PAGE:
After failing in his attempt to blow up some VOL troops standing inadvisably close to explosive gas cannisters, the Immortal M.Q.S. takes cover at the end of this corridor.
Photo: Warhead
from "Zombie (Zulu) Dawn Turn 8"
Elements shown: LEGO

Target Size
Target Size Skill Mod
Large target area +1 per 2"
Full minifig or 2x4 area (no modifier)
2/3 minifig or 2x2 area -1
1/3 minifig or 1x1 area -2
A weapon's standard Use Rating applies when it's used to attack a minifig or similarly-sized target. A simple targeting advantage can be gained from aiming at something larger.

For targets that are very large, like the ground, the broad sides of barns, and Unix programmers, attackers receive a +1 Attack Bonus for every 2" of the target's Size. This bonus only applies to sections of the target the attack is able to hit - if a space frigate is 24" in length, but only four of those inches are visible and in range, then the Attack Bonus is only +2.

Measuring the Size of game objects is described in greater detail in 7.1: Structure, but it works like you'd expect - players measure the main body of an object along its greatest dimension, in inches, and that's good enough for most purposes. A standard minifig's Size is one inch.

When special precision is required, an attacking minifig might also try to hit targets that are much smaller than usual. For a target area equivalent to a 2x4-stud brick, he fires as normal. If the area is closer to 2x2 studs, he receives a -1 penalty to Skill. If the target is the size of a single 1x1 stud, he fires at a -2 penalty. By convention, minifig equipment items are treated as 1x1-sized objects for the purpose of targeting.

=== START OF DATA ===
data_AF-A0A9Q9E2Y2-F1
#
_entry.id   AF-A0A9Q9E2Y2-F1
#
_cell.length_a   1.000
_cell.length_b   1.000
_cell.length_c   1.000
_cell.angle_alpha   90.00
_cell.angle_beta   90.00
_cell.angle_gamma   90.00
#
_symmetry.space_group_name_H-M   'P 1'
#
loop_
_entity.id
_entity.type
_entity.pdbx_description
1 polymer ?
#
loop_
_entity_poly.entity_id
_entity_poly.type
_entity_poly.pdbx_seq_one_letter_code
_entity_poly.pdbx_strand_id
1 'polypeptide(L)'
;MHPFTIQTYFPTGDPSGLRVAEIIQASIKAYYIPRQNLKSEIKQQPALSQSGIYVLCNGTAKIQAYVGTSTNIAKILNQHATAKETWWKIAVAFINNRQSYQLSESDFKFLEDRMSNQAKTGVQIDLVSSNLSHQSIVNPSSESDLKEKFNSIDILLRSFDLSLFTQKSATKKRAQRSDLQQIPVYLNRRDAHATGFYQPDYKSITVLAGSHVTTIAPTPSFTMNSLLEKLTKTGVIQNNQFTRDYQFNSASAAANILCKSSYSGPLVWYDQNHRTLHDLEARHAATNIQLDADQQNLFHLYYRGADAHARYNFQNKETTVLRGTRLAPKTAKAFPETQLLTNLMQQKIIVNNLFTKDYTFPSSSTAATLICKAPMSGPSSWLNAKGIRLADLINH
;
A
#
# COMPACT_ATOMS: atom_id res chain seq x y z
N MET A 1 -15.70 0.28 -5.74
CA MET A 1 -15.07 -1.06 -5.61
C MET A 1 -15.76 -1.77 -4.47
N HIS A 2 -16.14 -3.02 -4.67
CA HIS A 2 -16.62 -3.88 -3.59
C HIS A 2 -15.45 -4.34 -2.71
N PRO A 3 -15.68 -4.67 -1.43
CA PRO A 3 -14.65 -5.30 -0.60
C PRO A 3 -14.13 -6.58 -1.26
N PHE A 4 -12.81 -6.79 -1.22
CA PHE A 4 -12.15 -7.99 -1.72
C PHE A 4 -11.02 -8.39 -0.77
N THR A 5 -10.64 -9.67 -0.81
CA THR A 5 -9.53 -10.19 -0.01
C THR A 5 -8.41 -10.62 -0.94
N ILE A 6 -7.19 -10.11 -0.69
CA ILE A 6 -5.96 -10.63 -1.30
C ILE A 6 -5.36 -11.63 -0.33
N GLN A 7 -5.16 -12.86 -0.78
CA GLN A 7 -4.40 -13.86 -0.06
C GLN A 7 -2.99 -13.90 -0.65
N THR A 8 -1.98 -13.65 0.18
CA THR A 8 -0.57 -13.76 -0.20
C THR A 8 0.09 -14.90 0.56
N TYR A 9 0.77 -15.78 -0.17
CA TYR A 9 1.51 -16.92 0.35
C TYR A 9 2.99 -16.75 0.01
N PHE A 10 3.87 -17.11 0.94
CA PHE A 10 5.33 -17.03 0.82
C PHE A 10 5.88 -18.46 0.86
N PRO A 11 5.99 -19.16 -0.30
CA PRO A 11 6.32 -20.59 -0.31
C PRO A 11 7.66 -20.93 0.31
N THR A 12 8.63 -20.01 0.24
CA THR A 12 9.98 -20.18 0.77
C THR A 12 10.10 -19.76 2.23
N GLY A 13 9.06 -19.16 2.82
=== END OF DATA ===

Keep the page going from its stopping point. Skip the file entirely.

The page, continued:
In the case of minifig targets, this process is streamlined. Rather than trying to estimate how many studs' worth of any given minifig is visible, minifigs are divided into three main sections - the head (including helmet, hat, or hair), the torso (including arms, backpacks, and armor, but not carried equipment), and the legs. If the attacker can see any part of one of these sections, however small, then the section is considered visible. If only one minifig section is visible, the minifig is targeted at -2. If the attacker can only see two sections, the minifig is 2/3 visible and targeted at -1. If he can see all three sections, the minifig is completely visible and targeted as normal.

Short minifigs, such as dwarves, goblins, children, and midgets, are given an honorary -1 to hit penalty even though they're really not that much shorter than a full-height minifig. To compensate, Short minifigs have -1" to Move, and the first section of Cover on a Short minifig is ignored. With two sections of Cover, the Short minifig is at -2 to hit, as usual.